Four Points

  • Is cohesive and demonstrates highly effective use and command of language
  • Includes a precise central claim
  • Includes a skillful introduction and conclusion; demonstrates a deliberate and highly effective progression of ideas both within paragraphs and throughout the essay
  • Has a wide variety in sentence structures; demonstrates consistent use of precise word choice; maintains a formal style and objective tone
  • Shows a strong command of the conventions of standards written English and is free or virtually free of errors

Analysis

One Point

  • Offers little or no analysis or ineffective analysis of the source text and demonstrates little to no understanding of the analytical task
  • Identifies without explanation some aspects of the author’s use of evidence, reasoning, and/or stylistic and persuasive elements, and/or feature(s) of the student’s own choosing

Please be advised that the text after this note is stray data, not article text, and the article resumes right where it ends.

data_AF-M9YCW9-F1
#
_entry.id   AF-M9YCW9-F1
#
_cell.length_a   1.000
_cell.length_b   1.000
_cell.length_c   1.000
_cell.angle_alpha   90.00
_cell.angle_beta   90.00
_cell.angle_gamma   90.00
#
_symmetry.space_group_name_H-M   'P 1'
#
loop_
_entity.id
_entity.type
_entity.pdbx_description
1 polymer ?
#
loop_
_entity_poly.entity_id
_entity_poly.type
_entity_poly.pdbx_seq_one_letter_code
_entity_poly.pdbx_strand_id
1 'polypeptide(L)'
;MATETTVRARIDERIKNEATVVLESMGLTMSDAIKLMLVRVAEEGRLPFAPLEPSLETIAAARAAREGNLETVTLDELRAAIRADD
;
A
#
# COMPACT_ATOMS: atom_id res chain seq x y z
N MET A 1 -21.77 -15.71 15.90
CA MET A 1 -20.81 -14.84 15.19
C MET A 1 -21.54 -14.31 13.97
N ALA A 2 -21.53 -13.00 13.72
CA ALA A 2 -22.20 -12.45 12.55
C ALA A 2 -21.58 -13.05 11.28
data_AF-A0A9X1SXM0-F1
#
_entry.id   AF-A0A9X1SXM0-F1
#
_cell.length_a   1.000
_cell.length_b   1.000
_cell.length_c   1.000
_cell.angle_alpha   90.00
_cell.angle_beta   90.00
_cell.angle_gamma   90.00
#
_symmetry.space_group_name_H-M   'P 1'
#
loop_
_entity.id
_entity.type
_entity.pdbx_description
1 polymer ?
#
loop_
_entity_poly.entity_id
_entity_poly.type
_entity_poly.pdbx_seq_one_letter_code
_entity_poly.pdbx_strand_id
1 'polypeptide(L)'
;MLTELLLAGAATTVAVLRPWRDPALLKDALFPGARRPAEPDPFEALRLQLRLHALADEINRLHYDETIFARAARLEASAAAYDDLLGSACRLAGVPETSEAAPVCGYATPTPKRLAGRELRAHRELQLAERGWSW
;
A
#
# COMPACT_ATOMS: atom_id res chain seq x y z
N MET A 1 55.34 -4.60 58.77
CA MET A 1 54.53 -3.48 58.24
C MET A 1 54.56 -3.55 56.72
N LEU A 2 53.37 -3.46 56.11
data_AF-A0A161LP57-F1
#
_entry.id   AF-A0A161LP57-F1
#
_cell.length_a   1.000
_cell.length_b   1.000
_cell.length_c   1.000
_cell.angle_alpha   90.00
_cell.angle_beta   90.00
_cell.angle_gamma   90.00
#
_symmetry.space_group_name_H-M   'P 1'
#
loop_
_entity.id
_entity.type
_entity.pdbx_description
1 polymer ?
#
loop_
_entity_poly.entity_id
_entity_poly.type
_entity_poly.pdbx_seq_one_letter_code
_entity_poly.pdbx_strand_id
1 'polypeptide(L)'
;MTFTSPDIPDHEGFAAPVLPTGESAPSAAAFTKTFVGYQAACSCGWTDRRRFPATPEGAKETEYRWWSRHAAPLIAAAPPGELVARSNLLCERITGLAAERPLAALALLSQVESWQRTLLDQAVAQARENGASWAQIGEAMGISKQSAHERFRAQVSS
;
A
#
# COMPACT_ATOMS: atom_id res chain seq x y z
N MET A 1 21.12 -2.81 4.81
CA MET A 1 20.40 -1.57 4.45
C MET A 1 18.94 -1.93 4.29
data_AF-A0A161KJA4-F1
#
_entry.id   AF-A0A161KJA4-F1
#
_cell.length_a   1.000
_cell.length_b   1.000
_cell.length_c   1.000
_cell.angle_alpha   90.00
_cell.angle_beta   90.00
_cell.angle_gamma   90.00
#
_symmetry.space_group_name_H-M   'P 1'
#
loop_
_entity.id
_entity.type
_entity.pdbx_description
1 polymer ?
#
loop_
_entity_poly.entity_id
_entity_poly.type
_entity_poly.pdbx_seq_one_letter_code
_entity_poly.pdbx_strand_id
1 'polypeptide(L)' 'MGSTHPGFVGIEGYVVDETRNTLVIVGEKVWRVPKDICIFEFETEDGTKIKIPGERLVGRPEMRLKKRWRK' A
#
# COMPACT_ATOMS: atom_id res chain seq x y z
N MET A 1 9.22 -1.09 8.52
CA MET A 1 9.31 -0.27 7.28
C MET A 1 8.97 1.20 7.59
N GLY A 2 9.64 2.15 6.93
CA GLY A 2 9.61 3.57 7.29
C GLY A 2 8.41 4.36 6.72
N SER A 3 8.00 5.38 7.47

• Numerous aspects of analysis are unwarranted based on the text
  • Contains little or no support for claim(s) or point(s) made, or support is largely irrelevant
  • May not focus on features of the text that are relevant to addressing the task
  • Offers no discernible analysis (e.g., is largely or exclusively summary)

Two Points

  • Offers limited analysis of the source text and demonstrates only partial understanding of the analytical task
  • Identifies and attempts to describe the author’s use of evidence, reasoning, and/or stylistic and persuasive elements, and/or feature(s) of the student’s own choosing, but merely asserts rather than explains their importance